MORGANTOWN, W.Va. — One television analyst says the template for today’s coverage of breaking news on television was developed in the wake of the assassination of President John F. Kennedy on Nov. 22, 1963 in Dallas, Texas.

Photo courtesy CBS News

Many Americans heard about the death of President John F. Kennedy in 1963 from Walter Cronkite on CBS.

“Television, kind of, invents, gets good at and perfects breaking, wall-to-wall coverage of a single story and they do that all in the course of four days, from Friday to the funeral on Monday,” said Bob Thompson, director of the Bleier Center for Television and Popular Culture at Syracuse University.

Thompson was a guest on Friday’s MetroNews “Talkline” to help mark the 50th anniversary of the assassination of JFK.

He said the television networks had to reinvent news coverage operations on the fly on that November day in 1963.

“That idea of breaking news, going from location to location live, and completely throwing the rest of your schedule to the wind,” Thompson said was developed at that time.  “After about the first two break-ins of regular programming, then they finally broke in and they stayed broken in.”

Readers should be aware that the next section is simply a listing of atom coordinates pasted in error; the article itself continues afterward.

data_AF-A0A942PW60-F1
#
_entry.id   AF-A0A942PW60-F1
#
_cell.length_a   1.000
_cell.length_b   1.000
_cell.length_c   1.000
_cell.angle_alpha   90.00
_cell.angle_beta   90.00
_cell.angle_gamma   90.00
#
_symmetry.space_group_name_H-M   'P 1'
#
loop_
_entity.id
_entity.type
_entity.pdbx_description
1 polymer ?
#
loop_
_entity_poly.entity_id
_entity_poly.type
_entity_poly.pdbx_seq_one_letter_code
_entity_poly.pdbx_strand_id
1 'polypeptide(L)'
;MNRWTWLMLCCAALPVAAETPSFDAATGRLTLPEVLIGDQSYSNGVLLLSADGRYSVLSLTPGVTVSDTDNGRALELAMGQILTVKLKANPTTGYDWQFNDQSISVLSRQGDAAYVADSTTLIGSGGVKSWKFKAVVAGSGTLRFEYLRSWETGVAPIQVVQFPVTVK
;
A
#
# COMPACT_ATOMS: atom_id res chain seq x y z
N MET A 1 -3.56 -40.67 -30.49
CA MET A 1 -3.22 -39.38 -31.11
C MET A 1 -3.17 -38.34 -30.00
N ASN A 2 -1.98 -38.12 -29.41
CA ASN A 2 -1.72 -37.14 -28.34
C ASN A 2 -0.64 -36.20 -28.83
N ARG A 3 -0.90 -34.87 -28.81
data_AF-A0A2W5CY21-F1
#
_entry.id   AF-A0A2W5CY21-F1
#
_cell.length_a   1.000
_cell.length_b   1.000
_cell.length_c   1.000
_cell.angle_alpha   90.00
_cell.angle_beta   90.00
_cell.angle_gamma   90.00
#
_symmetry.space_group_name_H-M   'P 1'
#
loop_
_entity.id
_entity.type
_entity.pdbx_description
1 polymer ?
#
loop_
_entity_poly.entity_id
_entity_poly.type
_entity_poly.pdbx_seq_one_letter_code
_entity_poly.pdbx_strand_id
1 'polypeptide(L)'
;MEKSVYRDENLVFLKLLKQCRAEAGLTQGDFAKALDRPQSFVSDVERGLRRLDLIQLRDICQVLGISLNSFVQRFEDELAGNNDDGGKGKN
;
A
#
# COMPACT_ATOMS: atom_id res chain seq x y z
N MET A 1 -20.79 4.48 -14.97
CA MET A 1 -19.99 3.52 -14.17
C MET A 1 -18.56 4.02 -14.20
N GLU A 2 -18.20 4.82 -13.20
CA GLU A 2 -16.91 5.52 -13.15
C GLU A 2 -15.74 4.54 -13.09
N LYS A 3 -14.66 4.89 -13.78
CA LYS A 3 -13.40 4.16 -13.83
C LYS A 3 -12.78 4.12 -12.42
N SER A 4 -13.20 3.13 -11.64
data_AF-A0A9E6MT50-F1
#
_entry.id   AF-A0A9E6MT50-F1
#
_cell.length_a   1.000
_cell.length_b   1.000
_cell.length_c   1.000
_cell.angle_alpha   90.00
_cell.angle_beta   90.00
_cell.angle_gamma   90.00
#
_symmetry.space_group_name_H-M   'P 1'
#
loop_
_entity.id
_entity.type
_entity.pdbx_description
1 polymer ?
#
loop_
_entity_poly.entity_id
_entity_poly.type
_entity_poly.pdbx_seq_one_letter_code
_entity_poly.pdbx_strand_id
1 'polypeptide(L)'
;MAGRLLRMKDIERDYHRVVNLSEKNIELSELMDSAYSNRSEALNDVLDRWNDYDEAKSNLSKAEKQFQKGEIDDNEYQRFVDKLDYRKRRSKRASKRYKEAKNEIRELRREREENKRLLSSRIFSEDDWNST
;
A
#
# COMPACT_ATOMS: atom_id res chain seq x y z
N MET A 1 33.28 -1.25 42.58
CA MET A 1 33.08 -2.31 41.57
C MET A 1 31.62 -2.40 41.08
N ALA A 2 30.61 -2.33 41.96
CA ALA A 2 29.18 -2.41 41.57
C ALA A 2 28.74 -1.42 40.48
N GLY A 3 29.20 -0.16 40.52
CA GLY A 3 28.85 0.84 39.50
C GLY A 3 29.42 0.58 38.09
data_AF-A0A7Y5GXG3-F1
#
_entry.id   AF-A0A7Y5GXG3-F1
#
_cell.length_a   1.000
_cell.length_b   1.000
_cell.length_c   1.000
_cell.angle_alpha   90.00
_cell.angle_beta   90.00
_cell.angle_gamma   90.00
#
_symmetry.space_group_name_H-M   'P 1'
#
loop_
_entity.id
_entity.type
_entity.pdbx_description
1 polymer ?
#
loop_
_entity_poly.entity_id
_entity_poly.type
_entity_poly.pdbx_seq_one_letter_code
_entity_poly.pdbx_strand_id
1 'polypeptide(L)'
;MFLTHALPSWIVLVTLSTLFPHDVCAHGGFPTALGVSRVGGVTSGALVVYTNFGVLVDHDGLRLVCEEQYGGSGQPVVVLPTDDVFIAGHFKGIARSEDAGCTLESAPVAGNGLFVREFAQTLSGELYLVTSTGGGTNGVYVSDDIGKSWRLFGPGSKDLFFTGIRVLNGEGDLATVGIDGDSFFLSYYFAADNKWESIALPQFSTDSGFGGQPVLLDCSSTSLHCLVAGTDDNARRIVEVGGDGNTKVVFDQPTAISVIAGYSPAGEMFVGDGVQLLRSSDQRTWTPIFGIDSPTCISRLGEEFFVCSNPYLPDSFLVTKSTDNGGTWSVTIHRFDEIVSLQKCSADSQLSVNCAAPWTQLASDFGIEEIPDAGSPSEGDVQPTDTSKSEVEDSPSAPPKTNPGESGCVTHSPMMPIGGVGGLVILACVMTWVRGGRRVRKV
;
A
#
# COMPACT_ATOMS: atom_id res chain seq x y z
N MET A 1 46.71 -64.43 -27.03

Kennedy was shot at Dallas’ Dealey Plaza.  When the White House confirmed his death at 1:30 p.m. that day, Nielsen estimated more than 45 percent of U.S. homes with televisions, at the time, were watching.

According to Nielson, one of the highest television ratings in U.S. history was recorded the following Monday when Kennedy’s coffin arrived at Arlington National Cemetery in Washington, D.C.  Officials said more than 80 percent of U.S. homes with televisions were tuned into the news coverage.

It would be Sept. 11, 2001 before networks again dedicated as much time to commercial-free news broadcasts.

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